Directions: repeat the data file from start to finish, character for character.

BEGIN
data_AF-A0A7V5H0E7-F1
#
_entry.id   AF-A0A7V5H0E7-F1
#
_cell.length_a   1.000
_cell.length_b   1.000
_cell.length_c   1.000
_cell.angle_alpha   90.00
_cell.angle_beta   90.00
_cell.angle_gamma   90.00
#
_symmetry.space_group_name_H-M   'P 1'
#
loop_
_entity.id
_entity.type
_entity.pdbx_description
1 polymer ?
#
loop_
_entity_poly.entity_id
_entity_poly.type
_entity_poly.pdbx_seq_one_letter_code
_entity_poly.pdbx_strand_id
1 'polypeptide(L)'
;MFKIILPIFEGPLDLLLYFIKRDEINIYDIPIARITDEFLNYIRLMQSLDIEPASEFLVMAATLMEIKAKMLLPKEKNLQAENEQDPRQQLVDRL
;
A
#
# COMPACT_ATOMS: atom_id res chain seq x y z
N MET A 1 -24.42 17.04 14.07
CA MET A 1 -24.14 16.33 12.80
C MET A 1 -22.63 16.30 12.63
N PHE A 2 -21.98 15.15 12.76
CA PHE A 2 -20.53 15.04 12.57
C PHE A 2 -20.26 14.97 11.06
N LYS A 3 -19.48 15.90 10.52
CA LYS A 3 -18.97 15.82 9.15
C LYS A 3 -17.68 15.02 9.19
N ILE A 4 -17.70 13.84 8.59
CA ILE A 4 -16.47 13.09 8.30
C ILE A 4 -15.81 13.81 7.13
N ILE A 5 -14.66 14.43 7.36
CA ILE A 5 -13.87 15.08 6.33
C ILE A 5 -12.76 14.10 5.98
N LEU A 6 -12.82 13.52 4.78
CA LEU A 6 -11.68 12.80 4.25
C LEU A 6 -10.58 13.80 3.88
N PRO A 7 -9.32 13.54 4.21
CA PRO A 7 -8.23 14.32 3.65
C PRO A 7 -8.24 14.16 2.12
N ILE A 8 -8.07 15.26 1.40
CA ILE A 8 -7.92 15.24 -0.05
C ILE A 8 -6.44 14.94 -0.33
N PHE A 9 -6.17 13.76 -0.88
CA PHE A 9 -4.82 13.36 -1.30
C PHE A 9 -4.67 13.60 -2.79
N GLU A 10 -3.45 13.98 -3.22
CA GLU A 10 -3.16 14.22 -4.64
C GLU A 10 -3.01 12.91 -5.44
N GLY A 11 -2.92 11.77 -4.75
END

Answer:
data_AF-A0A7V5H0E7-F1
#
_entry.id   AF-A0A7V5H0E7-F1
#
_cell.length_a   1.000
_cell.length_b   1.000
_cell.length_c   1.000
_cell.angle_alpha   90.00
_cell.angle_beta   90.00
_cell.angle_gamma   90.00
#
_symmetry.space_group_name_H-M   'P 1'
#
loop_
_entity.id
_entity.type
_entity.pdbx_description
1 polymer ?
#
loop_
_entity_poly.entity_id
_entity_poly.type
_entity_poly.pdbx_seq_one_letter_code
_entity_poly.pdbx_strand_id
1 'polypeptide(L)'
;MFKIILPIFEGPLDLLLYFIKRDEINIYDIPIARITDEFLNYIRLMQSLDIEPASEFLVMAATLMEIKAKMLLPKEKNLQAENEQDPRQQLVDRL
;
A
#
# COMPACT_ATOMS: atom_id res chain seq x y z
N MET A 1 -24.42 17.04 14.07
CA MET A 1 -24.14 16.33 12.80
C MET A 1 -22.63 16.30 12.63
N PHE A 2 -21.98 15.15 12.76
CA PHE A 2 -20.53 15.04 12.57
C PHE A 2 -20.26 14.97 11.06
N LYS A 3 -19.48 15.90 10.52
CA LYS A 3 -18.97 15.82 9.15
C LYS A 3 -17.68 15.02 9.19
N ILE A 4 -17.70 13.84 8.59
CA ILE A 4 -16.47 13.09 8.30
C ILE A 4 -15.81 13.81 7.13
N ILE A 5 -14.66 14.43 7.36
CA ILE A 5 -13.87 15.08 6.33
C ILE A 5 -12.76 14.10 5.98
N LEU A 6 -12.82 13.52 4.78
CA LEU A 6 -11.68 12.80 4.25
C LEU A 6 -10.58 13.80 3.88
N PRO A 7 -9.32 13.54 4.21
CA PRO A 7 -8.23 14.32 3.65
C PRO A 7 -8.24 14.16 2.12
N ILE A 8 -8.07 15.26 1.40
CA ILE A 8 -7.92 15.24 -0.05
C ILE A 8 -6.44 14.94 -0.33
N PHE A 9 -6.17 13.76 -0.88
CA PHE A 9 -4.82 13.36 -1.30
C PHE A 9 -4.67 13.60 -2.79
N GLU A 10 -3.45 13.98 -3.22
CA GLU A 10 -3.16 14.22 -4.64
C GLU A 10 -3.01 12.91 -5.44
N GLY A 11 -2.92 11.77 -4.75